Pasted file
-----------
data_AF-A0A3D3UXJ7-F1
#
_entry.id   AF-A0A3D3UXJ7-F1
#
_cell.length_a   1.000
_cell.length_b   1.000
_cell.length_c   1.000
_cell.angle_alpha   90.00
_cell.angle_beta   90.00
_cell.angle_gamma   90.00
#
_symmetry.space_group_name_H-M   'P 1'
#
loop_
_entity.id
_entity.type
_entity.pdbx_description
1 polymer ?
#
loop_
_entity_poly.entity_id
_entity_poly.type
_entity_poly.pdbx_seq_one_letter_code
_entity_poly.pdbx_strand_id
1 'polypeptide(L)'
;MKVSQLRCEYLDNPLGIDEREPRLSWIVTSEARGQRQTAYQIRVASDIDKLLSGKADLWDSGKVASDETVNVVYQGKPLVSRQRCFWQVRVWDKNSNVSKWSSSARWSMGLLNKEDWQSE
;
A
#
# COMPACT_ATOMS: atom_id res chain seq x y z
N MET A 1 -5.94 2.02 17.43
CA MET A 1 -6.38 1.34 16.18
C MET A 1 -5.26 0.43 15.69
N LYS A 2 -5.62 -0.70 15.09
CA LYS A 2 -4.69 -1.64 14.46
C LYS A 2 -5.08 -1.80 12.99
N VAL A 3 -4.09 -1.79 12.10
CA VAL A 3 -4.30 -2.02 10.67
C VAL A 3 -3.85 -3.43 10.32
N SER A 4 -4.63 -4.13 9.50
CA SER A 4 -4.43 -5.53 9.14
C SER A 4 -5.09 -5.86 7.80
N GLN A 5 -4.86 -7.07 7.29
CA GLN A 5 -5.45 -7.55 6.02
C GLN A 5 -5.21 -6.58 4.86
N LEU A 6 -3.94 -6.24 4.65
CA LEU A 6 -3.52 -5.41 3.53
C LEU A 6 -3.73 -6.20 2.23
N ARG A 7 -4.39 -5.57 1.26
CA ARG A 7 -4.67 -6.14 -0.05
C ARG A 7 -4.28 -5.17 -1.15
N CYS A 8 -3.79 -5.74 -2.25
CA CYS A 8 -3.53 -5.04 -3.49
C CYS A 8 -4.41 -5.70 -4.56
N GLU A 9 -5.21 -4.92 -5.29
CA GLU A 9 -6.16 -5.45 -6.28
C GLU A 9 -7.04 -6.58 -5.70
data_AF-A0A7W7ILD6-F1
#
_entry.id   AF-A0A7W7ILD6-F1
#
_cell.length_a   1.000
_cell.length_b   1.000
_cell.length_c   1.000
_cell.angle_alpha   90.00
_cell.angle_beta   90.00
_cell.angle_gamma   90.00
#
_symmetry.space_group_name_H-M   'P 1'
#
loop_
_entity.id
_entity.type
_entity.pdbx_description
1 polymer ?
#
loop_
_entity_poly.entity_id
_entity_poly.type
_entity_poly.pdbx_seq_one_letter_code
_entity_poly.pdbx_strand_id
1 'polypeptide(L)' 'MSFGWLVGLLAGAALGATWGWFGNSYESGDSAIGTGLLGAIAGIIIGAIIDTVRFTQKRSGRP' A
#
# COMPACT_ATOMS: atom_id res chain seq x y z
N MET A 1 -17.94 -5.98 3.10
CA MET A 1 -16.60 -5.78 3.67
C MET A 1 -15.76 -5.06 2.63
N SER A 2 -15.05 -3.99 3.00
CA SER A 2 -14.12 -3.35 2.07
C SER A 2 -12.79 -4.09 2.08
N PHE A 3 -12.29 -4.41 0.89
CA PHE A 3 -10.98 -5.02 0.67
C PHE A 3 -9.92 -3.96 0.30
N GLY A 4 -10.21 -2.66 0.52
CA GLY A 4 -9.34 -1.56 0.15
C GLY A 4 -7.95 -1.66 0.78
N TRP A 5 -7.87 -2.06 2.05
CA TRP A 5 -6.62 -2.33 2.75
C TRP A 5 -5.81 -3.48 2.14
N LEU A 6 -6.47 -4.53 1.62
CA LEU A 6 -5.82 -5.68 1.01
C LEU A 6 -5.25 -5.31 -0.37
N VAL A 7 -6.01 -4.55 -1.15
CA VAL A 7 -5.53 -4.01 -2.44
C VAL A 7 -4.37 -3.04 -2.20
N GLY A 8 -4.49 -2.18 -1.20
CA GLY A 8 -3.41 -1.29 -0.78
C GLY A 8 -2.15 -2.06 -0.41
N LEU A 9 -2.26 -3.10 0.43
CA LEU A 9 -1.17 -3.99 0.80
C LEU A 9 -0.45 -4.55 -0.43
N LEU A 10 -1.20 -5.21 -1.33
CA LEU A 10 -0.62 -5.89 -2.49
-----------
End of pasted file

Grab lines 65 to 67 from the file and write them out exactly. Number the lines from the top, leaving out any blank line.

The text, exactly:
_cell.angle_alpha   90.00
_cell.angle_beta   90.00
_cell.angle_gamma   90.00